Review: Mission: Impossible – Fallout
The latest Mission: Impossible film starts off a little stranger than usual. The previous Mission opened with an incredible stunt as Ethan Hunt, played by the always ballsy Tom Cruise, dangled from the side of an airplane as it jetted off above the green plains of Minsk. This one, however, quietly begins with a nightmare.
Ethan is reliving his wedding day at a beautiful lake surrounded by mountains. His ex-wife, Julia (Michelle Monaghan), stares into his eyes in a glowing trance, with an eerily hypnotic smile that strikes the right balance of soft tenderness and a soullessness that’s painful to watch. Residing over the ceremony is Ethan’s nemesis, Solomon Lane (Sean Harris in a ghoulish turn), who is the curator of his pain as his happy life detonates around him. This nightmare has two thematic purposes. First, it serves as a recurring narrative that drives Ethan’s inner turmoil and fears, representing the lives he can physically lose if Lane wins, and second, it represents something that has already happened. His married life with Julia has already self-destructed.
The early moments of Mission: Impossible – Fallout are easily its most relaxed. Once Hunt and his team drop the curtains on a rather cheeky bait and switch, played nostalgically in the tradition of the many outrageous cons Jim Phelps and his team orchestrated in the Mission: Impossible series, the film becomes a symphony of action sequences arranged in movements. This Mission, like its predecessors, is an always “on the move” series of act long escapades that begin with grand entrances (such as a dangerous HALO jump through a storm cloud), detour into brawler fist fights and all out shootouts before leading to on foot chases that often escalate into high speed car chases, culminating in a ticking time clock of a climax staged around a show-stopping helicopter chase over the cliffs of Kashmir.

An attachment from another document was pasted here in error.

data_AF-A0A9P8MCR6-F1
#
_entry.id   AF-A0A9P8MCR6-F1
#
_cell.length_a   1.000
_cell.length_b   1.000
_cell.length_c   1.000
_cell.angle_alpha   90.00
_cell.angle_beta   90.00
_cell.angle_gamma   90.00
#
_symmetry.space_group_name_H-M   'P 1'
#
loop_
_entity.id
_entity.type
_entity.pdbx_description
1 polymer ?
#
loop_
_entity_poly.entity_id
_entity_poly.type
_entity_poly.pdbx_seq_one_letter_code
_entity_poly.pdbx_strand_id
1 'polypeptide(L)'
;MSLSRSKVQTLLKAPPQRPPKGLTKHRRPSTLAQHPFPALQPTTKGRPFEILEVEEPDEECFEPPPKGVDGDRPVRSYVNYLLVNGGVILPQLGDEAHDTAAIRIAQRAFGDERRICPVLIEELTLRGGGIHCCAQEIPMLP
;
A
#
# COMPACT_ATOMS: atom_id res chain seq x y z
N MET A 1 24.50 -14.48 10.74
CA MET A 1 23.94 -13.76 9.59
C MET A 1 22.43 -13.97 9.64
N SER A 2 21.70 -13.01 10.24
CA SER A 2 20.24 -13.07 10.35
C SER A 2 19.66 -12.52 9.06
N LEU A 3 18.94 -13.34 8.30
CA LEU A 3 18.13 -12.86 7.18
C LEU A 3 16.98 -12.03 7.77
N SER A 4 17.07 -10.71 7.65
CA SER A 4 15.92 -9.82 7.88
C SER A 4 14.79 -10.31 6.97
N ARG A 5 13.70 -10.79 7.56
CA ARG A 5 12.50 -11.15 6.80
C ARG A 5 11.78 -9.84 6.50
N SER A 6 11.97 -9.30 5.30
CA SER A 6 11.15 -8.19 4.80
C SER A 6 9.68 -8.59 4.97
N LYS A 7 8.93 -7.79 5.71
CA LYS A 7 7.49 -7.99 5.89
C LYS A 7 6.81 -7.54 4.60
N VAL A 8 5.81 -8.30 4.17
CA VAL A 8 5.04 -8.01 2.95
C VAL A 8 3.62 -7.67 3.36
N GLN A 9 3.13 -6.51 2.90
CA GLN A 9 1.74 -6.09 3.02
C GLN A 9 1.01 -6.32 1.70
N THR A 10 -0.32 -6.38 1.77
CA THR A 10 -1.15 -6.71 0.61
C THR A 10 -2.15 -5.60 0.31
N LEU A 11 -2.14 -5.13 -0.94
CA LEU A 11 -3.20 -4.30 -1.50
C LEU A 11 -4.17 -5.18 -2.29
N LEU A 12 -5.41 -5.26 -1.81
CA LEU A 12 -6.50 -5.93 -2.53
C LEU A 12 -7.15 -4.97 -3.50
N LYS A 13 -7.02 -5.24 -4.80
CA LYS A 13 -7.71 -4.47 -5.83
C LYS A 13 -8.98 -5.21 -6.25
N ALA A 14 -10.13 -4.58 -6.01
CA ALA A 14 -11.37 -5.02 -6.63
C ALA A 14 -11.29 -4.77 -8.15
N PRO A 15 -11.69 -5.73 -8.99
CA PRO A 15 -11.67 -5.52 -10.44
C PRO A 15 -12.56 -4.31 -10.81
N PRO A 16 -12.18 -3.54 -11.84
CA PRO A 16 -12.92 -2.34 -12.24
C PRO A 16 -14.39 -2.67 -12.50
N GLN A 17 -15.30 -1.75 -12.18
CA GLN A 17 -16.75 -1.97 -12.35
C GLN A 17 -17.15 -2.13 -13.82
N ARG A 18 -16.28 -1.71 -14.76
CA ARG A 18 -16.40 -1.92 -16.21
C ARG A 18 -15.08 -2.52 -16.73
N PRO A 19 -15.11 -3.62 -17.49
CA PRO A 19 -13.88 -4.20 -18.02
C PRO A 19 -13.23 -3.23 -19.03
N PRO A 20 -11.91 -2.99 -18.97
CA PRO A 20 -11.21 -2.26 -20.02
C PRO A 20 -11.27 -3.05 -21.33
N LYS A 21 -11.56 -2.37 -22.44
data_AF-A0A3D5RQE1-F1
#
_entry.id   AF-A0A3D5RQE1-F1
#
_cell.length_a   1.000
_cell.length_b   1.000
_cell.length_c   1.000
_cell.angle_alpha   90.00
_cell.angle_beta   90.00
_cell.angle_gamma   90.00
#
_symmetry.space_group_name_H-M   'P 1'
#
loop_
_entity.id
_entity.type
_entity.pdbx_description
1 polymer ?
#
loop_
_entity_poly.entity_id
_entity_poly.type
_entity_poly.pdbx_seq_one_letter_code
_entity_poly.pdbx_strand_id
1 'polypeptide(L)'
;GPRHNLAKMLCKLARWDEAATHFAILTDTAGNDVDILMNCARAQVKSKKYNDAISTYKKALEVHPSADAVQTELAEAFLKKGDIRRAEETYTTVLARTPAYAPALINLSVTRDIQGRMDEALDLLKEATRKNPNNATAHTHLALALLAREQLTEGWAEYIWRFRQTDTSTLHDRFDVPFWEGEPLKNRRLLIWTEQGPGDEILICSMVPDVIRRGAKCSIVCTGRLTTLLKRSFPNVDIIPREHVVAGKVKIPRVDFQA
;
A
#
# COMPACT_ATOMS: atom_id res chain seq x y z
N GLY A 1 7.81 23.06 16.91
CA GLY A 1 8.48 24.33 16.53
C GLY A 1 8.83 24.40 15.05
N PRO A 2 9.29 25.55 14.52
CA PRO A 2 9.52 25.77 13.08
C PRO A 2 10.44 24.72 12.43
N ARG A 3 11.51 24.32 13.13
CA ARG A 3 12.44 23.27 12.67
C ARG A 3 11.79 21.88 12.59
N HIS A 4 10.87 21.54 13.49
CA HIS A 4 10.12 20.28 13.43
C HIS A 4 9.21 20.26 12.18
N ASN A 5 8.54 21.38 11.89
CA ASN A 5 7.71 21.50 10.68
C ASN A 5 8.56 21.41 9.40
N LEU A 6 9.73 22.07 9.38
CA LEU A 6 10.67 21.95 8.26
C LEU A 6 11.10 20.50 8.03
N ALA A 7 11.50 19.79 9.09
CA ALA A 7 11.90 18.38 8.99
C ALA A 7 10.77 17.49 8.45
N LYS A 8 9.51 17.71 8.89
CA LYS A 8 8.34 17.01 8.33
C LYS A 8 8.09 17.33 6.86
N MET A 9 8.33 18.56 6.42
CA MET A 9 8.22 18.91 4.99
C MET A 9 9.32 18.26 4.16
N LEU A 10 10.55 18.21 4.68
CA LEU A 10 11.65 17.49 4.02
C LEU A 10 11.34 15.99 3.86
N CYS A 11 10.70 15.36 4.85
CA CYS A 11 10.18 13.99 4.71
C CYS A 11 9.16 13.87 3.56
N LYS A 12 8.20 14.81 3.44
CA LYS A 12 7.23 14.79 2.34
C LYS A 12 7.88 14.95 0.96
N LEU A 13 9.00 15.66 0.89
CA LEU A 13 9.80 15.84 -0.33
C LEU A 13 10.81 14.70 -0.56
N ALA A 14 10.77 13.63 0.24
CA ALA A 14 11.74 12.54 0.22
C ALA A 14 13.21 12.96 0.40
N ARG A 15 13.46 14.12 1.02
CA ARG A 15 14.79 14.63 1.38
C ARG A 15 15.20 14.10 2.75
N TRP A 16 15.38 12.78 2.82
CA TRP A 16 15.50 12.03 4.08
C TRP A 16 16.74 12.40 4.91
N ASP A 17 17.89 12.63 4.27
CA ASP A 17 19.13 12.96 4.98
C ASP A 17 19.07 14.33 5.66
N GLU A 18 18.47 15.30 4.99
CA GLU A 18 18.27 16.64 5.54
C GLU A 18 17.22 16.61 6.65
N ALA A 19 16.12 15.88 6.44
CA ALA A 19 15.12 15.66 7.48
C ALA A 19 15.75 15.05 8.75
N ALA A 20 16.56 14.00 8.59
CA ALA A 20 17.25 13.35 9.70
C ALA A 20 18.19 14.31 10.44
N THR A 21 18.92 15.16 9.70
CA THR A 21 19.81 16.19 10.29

It is a testament to director Christopher McQuarrie’s skillful staging, as well as the hard work performed by the film’s editor, Eddie Hamilton, on top of the blood, sweat, and tears from the cast and crew, that this brutal assault never wears you down, never becomes tedious nor anything less than compelling, even when it’s at its most gratuitous.
McQuarrie uses a number of tricks to keep the audience invested in all this madness. Narratively, he challenges Ethan’s virtuosity by placing him in potential no win scenarios where he has to maneuver around his trigger finger, such as a scene where, while undercover as a villain by the name of John Lark, he is asked to take part in plan that will bring casualties. As established in the previous films — particularly the first film, in which he never once uses a gun — Ethan isn’t a “spray and pray” action hero, often only gunning down enemies when he has no other choice. This is effectively demonstrated in a later scene, a pure western moment, in which our hero must use brutal force to save a wounded police officer. Ethan does the right thing, but you can still feel his heart sink in this moment.